As we get older, Mr W and I are making a concerted effort to get out of our comfort zone. We have found it’s so easy to get set in our ways when we go on holiday, for example, always booking the same type of hotel (boutique, luxury) always visiting the same destinations (Amsterdam, Florida), and always doing the same type of activities (museums, walking tours). So we are mixing things up and trying something different in the future.
One of the activities we really want to do is to learn to ski. Mr W went skiing years ago but is as rusty as an old bucket, but me, well I’ve never been. When we visited Cortina D’Ampezzo in the Italian Dolomites a couple of years ago, I thought I would love to learn. The thought of skiing through the powder white snow, the wind being the only noise as you zoom down the slopes and admiring the stunning views is certainly a dream, but how do you learn, where do you start and what do you need?
Mr W learnt to ski on a couple of school ski trips in the 80’s. This is the way many people learn to ski when they are kids and I think it’s a great way to learn. Almost everything can be provided all you need to do is get the right clothing, but this may be available to rent, always worth checking with the school beforehand. Lessons are aimed at beginners, although those with more experience can also be usually accommodated and the school often benefits by having a free place for the teacher.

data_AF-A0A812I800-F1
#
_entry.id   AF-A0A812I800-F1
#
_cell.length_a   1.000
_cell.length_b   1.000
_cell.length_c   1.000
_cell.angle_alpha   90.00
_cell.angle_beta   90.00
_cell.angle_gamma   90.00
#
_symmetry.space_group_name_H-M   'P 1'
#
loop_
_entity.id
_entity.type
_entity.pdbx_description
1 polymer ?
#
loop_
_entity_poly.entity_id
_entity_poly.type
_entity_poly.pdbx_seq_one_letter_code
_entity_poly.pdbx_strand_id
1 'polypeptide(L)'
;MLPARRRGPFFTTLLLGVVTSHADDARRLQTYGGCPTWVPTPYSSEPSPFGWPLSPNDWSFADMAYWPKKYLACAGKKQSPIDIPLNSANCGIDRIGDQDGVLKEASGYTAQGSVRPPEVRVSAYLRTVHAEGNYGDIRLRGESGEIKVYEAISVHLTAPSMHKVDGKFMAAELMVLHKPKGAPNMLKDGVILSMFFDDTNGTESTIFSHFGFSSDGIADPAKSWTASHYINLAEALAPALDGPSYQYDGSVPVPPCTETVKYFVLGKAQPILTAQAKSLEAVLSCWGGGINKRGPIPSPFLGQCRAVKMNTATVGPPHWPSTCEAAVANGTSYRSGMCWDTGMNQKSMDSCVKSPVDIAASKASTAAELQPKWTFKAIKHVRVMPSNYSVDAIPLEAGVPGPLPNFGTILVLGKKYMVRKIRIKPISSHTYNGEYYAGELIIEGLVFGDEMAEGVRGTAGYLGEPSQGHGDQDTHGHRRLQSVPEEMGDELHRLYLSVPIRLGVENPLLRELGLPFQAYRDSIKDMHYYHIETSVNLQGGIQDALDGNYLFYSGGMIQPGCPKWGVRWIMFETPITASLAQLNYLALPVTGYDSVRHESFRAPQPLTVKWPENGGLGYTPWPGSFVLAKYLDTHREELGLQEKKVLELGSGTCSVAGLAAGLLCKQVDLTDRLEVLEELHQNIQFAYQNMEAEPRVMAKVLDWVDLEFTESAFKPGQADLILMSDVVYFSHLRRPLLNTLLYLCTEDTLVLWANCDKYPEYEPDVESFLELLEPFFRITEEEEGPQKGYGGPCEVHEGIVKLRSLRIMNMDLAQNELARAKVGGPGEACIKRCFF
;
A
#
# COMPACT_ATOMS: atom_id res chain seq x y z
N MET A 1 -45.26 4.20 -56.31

But what happens if you are older skier? One way of learning is to do a skiing course in an indoor ski centre. You can apparently learn to ski in under 6 hours. Of course, you won’t be an Olympic great in this time but it’s a good way to learn simple stuff before you attempt the real slopes.
Indoor ski slopes can be invaluable as a novice skier but there is nothing like actually skiing on snow in real conditions to learn how to ski. You have different gradients, bumps in the snow, icy parts, and obstacles like trees to avoid.
Getting the right ski outfit is essential of course, and as I said you can often rent a complete outfit. If you are going to buy ski clothes the basics are thermals, an insulated ski jacket, ski trousers, googles and specialist ski gloves that are waterproof and insulated. Don’t forget the helmet, which is extremely important for safety. Top it off with a balaclava to complete the look as well as the best skis you can afford. Always consult a specialist ski shop for advice if you don’t know where to start.
One thing I have found out when researching skiing is that learning how to ski can be a complicated process, there are rules of the slope you need to know, trail difficulties, and even learning how to put your skis on is an acquired skill. So if you have any tips for beginner skiers let us know!
Have you been skiing? Have you ever participated in an activity outside of your comfort zone?
Learning To Ski, Getting Out Of Our Comfort Zone – Pin For Later